Su Hui-Yu presents new work in The Cinema of Séance, his first solo-exhibition in The Netherlands. The work of Su walks a line between history and memory, on a collective, universal level and on a personal, individual level — how does a national past relate to the collective memories of the people in it? Recalling a cult-genre of 1980s Taiwanese cinema, the works place the socio-political strife of that era in Taiwan squarely in the present, addressing not only memory, but also a re-imagination of taboos and cultural values from the past and the present.
On view are four of Su’s works. Super Taboo (2015), a two-channel film adaptation of a pornographic publication of the same title that explores fantasy and the erotic from an angle of illegality and constraint. In The Glamorous Boys of Tang (2018) Su presents a re-creation of a 1985 film written by renowned poet and screenwriter Chui Kang-Chien – a homoerotic fantasy moving across gender and subculture in Taiwan’s diverse society. The newest work, coproduced by 1646, is The Women’s Revenge, a five-channel video installation, along with a print inspired by 80s cult-film cinema posters from Su’s visceral childhood memories.
Su’s works center around Taiwanese history, memory, reimagination and transgression. The Cinema of Séance engages taboos of the past and the present while exploring the mechanism of oppression and liberation tied to the island country’s cultural values.
A few years before martial law, imposed by Kuomintang (known as the Chinese Nationalist Party), was lifted in Taiwan in the 1980s, a cult-genre of women’s revenge films emerged, called ‘black movies’ — strong female protagonists on a vengeful path against an oppressive society. The films provided an outlet to the era’s desire and the sexual repression under government rule. These productions also signaled the beginning of an immensely transformative period in the country.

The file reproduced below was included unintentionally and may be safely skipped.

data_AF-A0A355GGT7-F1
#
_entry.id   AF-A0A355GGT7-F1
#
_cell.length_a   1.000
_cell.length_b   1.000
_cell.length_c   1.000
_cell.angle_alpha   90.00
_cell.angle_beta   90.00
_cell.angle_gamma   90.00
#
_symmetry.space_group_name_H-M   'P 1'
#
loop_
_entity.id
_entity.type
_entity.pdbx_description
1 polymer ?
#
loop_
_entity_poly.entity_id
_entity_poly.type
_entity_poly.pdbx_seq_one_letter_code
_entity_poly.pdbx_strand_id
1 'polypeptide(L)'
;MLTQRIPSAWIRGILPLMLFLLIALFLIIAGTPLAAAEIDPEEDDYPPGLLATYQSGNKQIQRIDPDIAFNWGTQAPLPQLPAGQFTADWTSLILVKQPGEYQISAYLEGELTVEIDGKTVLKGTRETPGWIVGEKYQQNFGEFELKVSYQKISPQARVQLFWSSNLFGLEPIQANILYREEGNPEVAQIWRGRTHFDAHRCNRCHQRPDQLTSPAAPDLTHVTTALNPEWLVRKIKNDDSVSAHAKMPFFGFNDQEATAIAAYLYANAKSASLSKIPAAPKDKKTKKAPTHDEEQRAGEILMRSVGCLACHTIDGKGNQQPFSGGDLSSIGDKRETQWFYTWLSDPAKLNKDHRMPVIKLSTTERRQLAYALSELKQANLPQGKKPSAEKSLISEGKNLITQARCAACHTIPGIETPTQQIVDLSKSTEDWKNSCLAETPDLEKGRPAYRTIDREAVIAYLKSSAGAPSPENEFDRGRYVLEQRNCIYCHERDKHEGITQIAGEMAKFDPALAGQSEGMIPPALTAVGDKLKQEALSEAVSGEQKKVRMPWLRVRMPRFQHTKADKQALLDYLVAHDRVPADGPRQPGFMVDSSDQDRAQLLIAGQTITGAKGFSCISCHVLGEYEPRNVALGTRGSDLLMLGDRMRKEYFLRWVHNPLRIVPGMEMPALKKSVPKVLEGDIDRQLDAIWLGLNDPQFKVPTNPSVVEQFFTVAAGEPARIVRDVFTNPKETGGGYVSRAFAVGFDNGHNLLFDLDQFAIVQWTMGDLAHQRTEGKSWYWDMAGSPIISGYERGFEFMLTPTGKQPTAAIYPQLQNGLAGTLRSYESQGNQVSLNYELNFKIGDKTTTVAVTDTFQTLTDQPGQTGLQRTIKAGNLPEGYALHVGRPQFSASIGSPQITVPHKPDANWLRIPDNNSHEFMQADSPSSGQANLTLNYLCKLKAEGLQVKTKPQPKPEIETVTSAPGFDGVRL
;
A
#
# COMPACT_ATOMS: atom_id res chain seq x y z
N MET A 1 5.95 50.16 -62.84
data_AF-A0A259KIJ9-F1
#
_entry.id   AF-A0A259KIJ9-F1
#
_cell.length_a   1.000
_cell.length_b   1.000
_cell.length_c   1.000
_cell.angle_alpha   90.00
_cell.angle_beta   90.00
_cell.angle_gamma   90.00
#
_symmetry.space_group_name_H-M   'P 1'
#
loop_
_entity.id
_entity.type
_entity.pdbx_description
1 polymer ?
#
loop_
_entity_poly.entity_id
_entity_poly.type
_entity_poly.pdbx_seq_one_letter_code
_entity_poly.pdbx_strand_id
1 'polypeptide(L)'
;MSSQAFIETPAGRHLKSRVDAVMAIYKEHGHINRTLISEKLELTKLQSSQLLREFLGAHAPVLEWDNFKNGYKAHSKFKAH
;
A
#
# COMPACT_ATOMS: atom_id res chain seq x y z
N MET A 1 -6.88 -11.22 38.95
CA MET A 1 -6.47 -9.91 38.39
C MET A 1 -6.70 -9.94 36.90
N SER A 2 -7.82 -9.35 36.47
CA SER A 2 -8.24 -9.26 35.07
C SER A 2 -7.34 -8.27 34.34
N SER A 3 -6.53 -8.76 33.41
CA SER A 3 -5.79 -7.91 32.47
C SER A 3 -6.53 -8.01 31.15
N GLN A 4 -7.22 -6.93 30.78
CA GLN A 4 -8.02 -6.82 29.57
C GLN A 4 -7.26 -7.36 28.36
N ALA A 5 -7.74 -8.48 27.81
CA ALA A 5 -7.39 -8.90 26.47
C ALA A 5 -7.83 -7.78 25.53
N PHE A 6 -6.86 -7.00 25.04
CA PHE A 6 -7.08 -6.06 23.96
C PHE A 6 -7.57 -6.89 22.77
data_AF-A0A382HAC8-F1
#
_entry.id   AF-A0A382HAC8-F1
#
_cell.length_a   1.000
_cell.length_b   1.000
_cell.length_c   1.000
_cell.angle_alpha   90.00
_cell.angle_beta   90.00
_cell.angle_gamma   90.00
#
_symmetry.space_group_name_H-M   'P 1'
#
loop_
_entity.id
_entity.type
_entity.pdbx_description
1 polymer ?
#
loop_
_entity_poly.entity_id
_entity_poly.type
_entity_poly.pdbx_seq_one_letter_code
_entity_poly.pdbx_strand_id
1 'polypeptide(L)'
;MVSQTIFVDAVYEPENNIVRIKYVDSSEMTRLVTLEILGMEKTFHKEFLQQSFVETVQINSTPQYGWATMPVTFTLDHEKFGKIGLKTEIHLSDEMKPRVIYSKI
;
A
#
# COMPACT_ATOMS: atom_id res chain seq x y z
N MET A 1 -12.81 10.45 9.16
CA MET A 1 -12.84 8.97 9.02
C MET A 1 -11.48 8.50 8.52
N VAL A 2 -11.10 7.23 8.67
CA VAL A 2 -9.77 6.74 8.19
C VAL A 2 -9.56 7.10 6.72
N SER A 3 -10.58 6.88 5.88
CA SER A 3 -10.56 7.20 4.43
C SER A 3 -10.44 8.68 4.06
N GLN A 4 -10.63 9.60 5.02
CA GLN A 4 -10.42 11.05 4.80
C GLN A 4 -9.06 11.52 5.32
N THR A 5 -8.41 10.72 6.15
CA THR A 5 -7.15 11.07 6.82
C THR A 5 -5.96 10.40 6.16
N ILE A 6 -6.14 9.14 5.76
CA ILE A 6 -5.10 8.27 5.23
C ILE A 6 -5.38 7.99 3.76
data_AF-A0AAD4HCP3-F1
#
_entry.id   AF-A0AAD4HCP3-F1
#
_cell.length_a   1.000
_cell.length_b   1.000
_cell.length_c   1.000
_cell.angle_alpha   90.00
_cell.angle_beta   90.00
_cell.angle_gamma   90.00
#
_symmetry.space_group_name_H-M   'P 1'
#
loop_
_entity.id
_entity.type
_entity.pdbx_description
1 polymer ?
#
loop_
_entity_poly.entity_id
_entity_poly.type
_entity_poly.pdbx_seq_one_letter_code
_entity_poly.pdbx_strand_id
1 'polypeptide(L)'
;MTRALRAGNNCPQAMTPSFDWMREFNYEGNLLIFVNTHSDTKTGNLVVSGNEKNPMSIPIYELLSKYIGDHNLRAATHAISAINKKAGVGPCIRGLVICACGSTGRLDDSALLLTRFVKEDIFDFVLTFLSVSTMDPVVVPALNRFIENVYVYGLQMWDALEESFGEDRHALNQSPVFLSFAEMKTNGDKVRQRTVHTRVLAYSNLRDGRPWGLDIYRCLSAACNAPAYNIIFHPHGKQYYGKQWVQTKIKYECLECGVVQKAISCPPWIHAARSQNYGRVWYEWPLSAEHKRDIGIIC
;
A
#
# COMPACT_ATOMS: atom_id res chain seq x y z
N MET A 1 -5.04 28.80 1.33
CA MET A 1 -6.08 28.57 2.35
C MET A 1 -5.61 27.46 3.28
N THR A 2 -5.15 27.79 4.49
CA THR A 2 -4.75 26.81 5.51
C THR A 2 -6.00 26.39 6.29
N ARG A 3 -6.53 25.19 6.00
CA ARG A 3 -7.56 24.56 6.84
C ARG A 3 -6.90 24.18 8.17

Su Hui-Yu examines the borders of bodies, sexuality, along with the entanglement of socio-political conduct and prohibition. The artist paves the way for the possibility of reviewing and supplementing history with his reflective practice, ”re-shooting” early Taiwanese experimental films. Having inspired Su’s own The Women’s Revenge, in which Su himself also appears and partakes in the vengeance, the black movies are brought to the present-day context.
The Cinema of Séance, as a title is inspired by Julian Ross’ essay on Su’s work, Midnight Séance, and shows that to pay hommage to the forgotten ghosts of film history means bringing them to life again. Using cinematic effects and extreme violence, Su’s works summon film history back to the world of the living.
1646 is also excited to announce that Su will be doing a residency at 1646 from May to July. Additionally, Su’s film The Women’s Revenge was part of the “IFFR Ammodo Tiger Short Competition 2021” and later on in June (during his residency at 1646) he will present a performance during the Art Directions program of the IFFR. (These plans are subject to potential alterations depending on developments regarding national COVID-19 measures)
The Cinema of Séance contains explicit themes and images that can be considered inappropriate for young children.
Exhibition : 05/06/2021 – 27/06/2021 Note: Due to COVID-19 measures, the opening date of this exhibition may still be subject to changes. The exhibition is currently open for professionals only. Please contact firstname.lastname@example.org for a visit.